A.M. Best Co. has downgraded the financial strength rating to ‘B++’ (Good) from ‘A’ (Excellent) and the issuer credit rating to “bbb” from “a” of Ohio-based German Mutual Insurance Company and has assigned a negative outlook for the ratings. Best said its rating actions “follow German Mutual’s continued unprofitable underwriting performance, resulting in an unfavorable trend in the company’s risk-adjusted capital position, which remains adequate relative to its rating level. The company continues to experience significant losses attributable to weather related events and an increased frequency of fire related losses.” In addition Best said that “volatility in the equity markets continues to contribute to fluctuations in German Mutual’s surplus position, as the company maintains a high equity investment leverage position.” However, Best also noted that “management continues to focus on German Mutual’s competitive position, through enhanced underwriting efficiencies, product line diversification and new technology initiatives, aimed at improving the company’s expense ratio, which remains elevated as compared to the industry composite.”
A.M. Best Co. has affirmed the financial strength rating of ‘A-‘ (Excellent) and issuer credit rating of “a-” of Des Moines, Iowa-based Centurion Casualty Company (CCC). The company is owned by Wells Fargo Financial, Inc. (WFFI), which is ultimately owned by Wells Fargo & Company (WFC). The outlook for both ratings is stable. The ratings reflect “CCC’s excellent risk-adjusted capitalization and consistently profitable operating results,” said Best. As partial offsetting factors Best noted that the “majority of the CCC’s business, including its dominant involuntary unemployment insurance (IUI), is currently in run off as the company explores potential growth opportunities.” However, Best further stated that the outlook for the ratings is based on its “expectation that the company will continue to report solid, albeit lower, operating earnings over the medium term and will maintain its excellent capitalization. In July 2010, WFC announced it was discontinuing WFFI’s consumer lending operations, and in addition to closing WFFI’s U.S.-based store network (its Canadian store network was closed in June 2010), WFC would realign the remaining lines of business under the WFFI umbrella to other areas in the WFC organization. Included in this realignment was CCC, which had benefited from a long-standing relationship with WFFI, with the distribution of its credit insurance products linked to WFFI’s consumer loans.” Best indicated that “since August 2010, the management of CCC has been realigned to Wells Fargo Insurance, Inc. (WFII), an independent, full service, nationwide agency based in Minneapolis, MN, which also manages captive companies that reinsure credit life and accident and health (A&H) insurance coverages for customers of WFC. CCC management is working closely with the executive management at WFII to determine and define the scope and strategy of CCC’s ongoing business model.” Best said it would “continue to monitor the development of new business plans for CCC under the new management structure. While CCC is substantially capitalized, management states there are no plans to take capital out of the company at this time.”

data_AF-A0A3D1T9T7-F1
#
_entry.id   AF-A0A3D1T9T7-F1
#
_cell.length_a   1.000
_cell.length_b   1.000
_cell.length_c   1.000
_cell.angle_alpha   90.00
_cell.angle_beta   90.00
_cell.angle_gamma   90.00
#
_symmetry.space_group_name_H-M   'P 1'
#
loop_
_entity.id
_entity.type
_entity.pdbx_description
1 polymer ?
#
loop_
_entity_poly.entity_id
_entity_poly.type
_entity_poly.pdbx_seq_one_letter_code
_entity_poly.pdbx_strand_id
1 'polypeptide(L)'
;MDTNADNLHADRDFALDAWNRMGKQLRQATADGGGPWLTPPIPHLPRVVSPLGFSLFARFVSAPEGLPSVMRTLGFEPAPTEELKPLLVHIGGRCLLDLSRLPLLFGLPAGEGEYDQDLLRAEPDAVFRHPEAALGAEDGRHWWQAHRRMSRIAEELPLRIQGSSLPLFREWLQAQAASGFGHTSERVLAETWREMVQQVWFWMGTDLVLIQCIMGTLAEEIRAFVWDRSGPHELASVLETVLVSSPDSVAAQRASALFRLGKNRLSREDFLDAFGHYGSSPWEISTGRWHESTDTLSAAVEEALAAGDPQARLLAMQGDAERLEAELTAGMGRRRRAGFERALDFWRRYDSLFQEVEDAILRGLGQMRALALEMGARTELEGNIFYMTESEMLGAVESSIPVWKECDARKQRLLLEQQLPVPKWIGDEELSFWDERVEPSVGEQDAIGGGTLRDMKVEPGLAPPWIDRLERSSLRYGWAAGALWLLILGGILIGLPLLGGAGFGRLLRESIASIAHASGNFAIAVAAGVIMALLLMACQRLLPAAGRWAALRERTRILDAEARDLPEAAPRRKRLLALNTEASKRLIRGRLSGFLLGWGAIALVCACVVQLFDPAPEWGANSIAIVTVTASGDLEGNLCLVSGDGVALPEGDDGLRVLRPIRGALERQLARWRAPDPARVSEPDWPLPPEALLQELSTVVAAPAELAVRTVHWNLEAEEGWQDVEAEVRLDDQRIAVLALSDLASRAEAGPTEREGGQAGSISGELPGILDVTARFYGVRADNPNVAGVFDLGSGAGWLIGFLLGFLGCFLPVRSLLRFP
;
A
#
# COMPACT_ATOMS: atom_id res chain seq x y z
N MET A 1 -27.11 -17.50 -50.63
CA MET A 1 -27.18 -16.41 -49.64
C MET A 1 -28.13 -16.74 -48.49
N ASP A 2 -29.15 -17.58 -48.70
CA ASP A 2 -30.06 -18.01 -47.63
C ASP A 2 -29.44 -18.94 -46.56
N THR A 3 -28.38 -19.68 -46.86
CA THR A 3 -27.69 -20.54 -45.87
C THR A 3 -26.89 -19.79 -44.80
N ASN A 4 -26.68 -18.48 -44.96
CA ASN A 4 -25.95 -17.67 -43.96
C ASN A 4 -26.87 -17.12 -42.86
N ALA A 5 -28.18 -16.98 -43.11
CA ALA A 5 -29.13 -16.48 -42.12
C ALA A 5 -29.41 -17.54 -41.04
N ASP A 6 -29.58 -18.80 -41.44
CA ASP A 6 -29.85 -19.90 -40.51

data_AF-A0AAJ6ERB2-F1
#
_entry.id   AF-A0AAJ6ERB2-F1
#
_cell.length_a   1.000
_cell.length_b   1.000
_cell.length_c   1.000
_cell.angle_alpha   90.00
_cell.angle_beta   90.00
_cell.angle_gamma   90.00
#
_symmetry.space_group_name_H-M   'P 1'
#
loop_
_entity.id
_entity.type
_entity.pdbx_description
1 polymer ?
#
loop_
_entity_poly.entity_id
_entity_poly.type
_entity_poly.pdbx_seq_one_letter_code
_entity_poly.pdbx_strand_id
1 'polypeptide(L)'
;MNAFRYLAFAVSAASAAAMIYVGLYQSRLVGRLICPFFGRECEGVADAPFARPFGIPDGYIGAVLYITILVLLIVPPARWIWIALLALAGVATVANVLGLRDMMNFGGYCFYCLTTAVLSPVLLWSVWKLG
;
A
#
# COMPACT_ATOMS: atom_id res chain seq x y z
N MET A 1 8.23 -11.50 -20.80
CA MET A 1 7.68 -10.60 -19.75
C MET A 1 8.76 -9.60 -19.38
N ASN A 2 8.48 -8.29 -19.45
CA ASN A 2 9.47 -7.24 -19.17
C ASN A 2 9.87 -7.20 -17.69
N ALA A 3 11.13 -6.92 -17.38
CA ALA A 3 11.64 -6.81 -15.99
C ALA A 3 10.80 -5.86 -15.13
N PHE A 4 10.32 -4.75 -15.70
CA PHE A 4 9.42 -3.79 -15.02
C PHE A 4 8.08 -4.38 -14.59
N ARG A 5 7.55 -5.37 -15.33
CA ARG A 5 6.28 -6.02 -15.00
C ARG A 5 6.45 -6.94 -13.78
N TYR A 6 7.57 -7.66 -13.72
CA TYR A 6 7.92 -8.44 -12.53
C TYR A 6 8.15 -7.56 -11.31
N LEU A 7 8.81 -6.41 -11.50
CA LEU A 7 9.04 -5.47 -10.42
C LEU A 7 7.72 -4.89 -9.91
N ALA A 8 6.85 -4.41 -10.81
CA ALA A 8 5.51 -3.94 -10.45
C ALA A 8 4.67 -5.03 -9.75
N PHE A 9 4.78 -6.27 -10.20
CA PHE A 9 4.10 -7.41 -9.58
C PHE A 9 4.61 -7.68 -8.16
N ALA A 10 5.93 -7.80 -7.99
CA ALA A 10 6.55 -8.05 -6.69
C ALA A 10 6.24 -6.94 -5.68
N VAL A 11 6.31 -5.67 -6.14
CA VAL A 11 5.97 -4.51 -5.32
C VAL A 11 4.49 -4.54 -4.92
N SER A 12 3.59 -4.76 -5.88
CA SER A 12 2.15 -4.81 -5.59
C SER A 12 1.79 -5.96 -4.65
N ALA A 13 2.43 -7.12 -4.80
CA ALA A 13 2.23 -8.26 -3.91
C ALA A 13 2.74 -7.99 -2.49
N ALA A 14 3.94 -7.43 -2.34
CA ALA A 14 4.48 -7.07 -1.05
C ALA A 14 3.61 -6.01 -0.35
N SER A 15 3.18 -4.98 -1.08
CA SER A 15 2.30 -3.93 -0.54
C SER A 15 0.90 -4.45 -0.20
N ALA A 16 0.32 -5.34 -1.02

A.M. Best Co. has downgraded the financial strength rating (FSR) to ‘B’ (Fair) from ‘B++’ (Good) and issuer credit rating (ICR) to “bb+” from “bbb” of Wisconsin-based Mt. Morris Mutual Insurance Company, and has revised its outlook on the ICR to negative from stable, while the outlook for the FSR is stable. Best explained that it took the actions on the ratings following Mt. Morris'” approximate 40 percent decline in policyholder surplus as of the second quarter 2011, due to its significant underwriting losses. As a result, the company’s risk-adjusted capitalization substantially deteriorated. The ratings also recognize the company’s elevated underwriting and investment leverage, limited product diversification and geographic concentration of risks in Wisconsin, which exposes Mt. Morris to competitive market conditions, as well as frequent and severe weather-related events.” Best also noted that these negative rating factors are partially offset by Mt. Morris’ “generally positive operating performance over the last five years and local market knowledge.”